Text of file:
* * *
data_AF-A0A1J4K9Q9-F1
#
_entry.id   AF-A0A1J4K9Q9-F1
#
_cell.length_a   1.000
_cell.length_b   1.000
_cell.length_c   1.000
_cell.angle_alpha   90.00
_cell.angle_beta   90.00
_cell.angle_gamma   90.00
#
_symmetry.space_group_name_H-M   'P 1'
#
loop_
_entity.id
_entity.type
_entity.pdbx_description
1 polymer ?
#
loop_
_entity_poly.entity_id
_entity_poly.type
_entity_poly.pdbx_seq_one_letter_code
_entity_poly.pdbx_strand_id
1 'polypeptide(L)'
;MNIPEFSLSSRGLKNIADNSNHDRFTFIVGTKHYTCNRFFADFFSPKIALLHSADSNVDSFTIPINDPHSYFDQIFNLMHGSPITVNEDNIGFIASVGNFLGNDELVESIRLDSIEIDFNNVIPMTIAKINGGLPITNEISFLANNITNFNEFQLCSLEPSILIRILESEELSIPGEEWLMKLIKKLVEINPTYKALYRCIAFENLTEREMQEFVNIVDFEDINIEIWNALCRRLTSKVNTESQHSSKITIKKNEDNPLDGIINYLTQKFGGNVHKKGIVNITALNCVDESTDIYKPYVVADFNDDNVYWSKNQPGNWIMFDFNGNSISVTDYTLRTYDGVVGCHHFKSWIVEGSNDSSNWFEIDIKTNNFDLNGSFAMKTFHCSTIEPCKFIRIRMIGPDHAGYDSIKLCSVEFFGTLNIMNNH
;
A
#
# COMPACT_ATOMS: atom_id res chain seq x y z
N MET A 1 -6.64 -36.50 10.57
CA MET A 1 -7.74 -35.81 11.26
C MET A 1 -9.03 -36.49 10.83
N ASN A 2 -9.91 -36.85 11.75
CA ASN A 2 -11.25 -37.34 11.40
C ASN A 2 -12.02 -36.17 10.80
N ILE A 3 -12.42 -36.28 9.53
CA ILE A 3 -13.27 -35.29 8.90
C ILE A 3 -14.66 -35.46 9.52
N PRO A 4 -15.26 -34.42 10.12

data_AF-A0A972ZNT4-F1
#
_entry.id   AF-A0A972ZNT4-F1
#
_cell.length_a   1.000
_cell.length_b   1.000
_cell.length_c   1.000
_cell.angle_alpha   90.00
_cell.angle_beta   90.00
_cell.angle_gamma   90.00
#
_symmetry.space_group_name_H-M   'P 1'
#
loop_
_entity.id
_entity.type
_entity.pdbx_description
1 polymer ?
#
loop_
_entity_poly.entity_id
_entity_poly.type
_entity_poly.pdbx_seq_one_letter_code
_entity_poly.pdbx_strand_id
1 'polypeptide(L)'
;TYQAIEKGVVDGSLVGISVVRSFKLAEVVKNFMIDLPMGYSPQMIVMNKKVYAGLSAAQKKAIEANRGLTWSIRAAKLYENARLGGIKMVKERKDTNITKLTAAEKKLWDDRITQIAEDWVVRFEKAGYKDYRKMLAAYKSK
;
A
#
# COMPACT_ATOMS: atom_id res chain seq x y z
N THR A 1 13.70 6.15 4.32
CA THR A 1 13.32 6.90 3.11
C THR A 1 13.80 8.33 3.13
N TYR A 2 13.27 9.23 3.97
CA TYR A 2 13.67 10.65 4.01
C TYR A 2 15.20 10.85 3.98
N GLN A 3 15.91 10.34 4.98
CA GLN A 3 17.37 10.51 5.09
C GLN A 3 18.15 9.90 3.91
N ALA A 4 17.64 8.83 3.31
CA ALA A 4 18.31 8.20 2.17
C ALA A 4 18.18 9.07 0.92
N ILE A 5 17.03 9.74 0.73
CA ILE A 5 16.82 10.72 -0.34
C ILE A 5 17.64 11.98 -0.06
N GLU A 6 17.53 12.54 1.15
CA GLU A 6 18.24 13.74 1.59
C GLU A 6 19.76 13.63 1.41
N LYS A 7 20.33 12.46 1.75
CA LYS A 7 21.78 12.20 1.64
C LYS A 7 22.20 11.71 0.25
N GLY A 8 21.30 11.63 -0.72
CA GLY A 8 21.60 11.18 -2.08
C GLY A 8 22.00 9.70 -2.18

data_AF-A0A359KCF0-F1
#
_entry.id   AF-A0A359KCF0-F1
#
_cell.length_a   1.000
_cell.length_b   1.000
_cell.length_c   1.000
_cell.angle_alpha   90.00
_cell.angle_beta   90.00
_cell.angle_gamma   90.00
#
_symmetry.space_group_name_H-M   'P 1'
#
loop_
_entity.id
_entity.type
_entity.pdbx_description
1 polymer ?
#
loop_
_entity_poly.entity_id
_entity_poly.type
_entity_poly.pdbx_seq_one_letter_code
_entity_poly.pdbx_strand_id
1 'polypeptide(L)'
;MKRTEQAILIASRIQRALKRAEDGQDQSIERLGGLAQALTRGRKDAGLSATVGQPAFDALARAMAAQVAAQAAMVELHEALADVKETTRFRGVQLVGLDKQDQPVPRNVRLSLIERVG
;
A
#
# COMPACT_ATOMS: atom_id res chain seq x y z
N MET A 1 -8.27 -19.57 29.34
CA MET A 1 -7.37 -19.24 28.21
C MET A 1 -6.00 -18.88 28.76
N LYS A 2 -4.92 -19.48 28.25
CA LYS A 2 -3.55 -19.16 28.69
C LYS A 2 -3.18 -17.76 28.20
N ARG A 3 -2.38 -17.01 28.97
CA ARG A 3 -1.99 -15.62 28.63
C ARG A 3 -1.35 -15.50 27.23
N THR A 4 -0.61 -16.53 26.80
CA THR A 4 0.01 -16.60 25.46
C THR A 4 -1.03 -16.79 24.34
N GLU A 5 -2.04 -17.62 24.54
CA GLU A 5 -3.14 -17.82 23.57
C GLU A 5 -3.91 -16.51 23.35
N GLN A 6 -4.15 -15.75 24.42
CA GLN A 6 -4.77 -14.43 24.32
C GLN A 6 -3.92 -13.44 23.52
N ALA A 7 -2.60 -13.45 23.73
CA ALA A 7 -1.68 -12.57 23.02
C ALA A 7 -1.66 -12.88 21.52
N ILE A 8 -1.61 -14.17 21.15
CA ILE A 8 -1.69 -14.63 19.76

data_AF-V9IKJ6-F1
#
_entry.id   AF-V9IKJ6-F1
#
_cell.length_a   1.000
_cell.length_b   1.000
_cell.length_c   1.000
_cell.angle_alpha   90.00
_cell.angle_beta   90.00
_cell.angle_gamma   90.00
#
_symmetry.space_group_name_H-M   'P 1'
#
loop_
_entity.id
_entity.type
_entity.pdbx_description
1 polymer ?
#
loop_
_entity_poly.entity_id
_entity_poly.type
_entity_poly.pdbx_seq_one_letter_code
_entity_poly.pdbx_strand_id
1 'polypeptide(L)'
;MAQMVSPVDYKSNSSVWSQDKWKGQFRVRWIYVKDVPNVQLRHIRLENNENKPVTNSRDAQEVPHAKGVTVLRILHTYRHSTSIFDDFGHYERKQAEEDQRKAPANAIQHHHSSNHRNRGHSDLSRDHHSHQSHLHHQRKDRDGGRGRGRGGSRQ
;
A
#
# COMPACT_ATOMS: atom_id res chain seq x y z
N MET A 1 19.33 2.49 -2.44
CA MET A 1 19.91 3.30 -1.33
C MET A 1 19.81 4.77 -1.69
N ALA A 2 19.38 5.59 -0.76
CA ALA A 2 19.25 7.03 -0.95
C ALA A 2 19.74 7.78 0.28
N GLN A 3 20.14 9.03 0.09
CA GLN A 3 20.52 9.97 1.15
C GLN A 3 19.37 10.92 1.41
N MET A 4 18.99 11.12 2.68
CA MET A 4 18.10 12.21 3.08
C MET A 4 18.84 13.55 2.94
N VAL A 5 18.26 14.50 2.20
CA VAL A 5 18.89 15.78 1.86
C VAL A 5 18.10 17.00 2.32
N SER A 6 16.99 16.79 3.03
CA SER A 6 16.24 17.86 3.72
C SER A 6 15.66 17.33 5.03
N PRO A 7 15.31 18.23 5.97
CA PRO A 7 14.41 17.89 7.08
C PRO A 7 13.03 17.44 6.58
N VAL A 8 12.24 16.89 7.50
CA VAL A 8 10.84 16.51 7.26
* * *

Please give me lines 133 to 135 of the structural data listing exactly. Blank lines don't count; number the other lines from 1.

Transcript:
C ARG A 3 -1.35 -15.50 27.23
N THR A 4 -0.61 -16.53 26.80
CA THR A 4 0.01 -16.60 25.46